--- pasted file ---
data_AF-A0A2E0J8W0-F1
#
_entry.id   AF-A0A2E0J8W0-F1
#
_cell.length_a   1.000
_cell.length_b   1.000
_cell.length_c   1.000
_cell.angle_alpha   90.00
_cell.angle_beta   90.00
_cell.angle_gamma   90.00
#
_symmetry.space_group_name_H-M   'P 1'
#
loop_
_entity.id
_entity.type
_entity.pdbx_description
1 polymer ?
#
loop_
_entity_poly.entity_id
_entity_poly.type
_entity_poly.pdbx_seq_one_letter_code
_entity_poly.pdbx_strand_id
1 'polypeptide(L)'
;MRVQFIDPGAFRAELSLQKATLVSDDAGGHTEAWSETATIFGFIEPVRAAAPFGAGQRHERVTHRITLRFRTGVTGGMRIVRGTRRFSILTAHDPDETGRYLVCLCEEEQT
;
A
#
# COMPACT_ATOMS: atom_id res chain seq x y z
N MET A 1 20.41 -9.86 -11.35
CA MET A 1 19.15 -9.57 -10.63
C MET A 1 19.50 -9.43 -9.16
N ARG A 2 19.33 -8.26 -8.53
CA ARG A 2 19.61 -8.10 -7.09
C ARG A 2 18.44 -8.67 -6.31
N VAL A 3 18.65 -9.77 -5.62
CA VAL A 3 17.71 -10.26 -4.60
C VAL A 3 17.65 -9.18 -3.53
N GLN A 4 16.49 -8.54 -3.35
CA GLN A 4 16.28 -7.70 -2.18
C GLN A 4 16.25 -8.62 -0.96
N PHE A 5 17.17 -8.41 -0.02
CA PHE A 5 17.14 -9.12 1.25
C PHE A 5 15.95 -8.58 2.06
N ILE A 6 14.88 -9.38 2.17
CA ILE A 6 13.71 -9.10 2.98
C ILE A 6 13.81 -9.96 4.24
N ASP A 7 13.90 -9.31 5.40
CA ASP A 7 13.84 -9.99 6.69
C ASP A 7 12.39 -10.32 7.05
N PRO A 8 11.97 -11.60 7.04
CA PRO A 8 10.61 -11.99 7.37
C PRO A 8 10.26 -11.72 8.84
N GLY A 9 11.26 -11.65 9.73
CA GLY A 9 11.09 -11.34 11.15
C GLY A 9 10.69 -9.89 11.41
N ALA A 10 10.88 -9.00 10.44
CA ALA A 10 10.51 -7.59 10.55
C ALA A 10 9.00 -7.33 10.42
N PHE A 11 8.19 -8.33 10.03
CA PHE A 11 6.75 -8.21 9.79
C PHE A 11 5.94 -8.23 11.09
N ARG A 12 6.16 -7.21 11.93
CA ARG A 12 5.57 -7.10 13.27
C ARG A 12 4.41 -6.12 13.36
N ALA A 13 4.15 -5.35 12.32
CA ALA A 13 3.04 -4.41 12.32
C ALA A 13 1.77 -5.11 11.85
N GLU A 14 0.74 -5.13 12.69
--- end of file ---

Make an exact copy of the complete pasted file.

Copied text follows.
data_AF-A0A2E0J8W0-F1
#
_entry.id   AF-A0A2E0J8W0-F1
#
_cell.length_a   1.000
_cell.length_b   1.000
_cell.length_c   1.000
_cell.angle_alpha   90.00
_cell.angle_beta   90.00
_cell.angle_gamma   90.00
#
_symmetry.space_group_name_H-M   'P 1'
#
loop_
_entity.id
_entity.type
_entity.pdbx_description
1 polymer ?
#
loop_
_entity_poly.entity_id
_entity_poly.type
_entity_poly.pdbx_seq_one_letter_code
_entity_poly.pdbx_strand_id
1 'polypeptide(L)'
;MRVQFIDPGAFRAELSLQKATLVSDDAGGHTEAWSETATIFGFIEPVRAAAPFGAGQRHERVTHRITLRFRTGVTGGMRIVRGTRRFSILTAHDPDETGRYLVCLCEEEQT
;
A
#
# COMPACT_ATOMS: atom_id res chain seq x y z
N MET A 1 20.41 -9.86 -11.35
CA MET A 1 19.15 -9.57 -10.63
C MET A 1 19.50 -9.43 -9.16
N ARG A 2 19.33 -8.26 -8.53
CA ARG A 2 19.61 -8.10 -7.09
C ARG A 2 18.44 -8.67 -6.31
N VAL A 3 18.65 -9.77 -5.62
CA VAL A 3 17.71 -10.26 -4.60
C VAL A 3 17.65 -9.18 -3.53
N GLN A 4 16.49 -8.54 -3.35
CA GLN A 4 16.28 -7.70 -2.18
C GLN A 4 16.25 -8.62 -0.96
N PHE A 5 17.17 -8.41 -0.02
CA PHE A 5 17.14 -9.12 1.25
C PHE A 5 15.95 -8.58 2.06
N ILE A 6 14.88 -9.38 2.17
CA ILE A 6 13.71 -9.10 2.98
C ILE A 6 13.81 -9.96 4.24
N ASP A 7 13.90 -9.31 5.40
CA ASP A 7 13.84 -9.99 6.69
C ASP A 7 12.39 -10.32 7.05
N PRO A 8 11.97 -11.60 7.04
CA PRO A 8 10.61 -11.99 7.37
C PRO A 8 10.26 -11.72 8.84
N GLY A 9 11.26 -11.65 9.73
CA GLY A 9 11.09 -11.34 11.15
C GLY A 9 10.69 -9.89 11.41
N ALA A 10 10.88 -9.00 10.44
CA ALA A 10 10.51 -7.59 10.55
C ALA A 10 9.00 -7.33 10.42
N PHE A 11 8.19 -8.33 10.03
CA PHE A 11 6.75 -8.21 9.79
C PHE A 11 5.94 -8.23 11.09
N ARG A 12 6.16 -7.21 11.93
CA ARG A 12 5.57 -7.10 13.27
C ARG A 12 4.41 -6.12 13.36
N ALA A 13 4.15 -5.35 12.32
CA ALA A 13 3.04 -4.41 12.32
C ALA A 13 1.77 -5.11 11.85
N GLU A 14 0.74 -5.13 12.69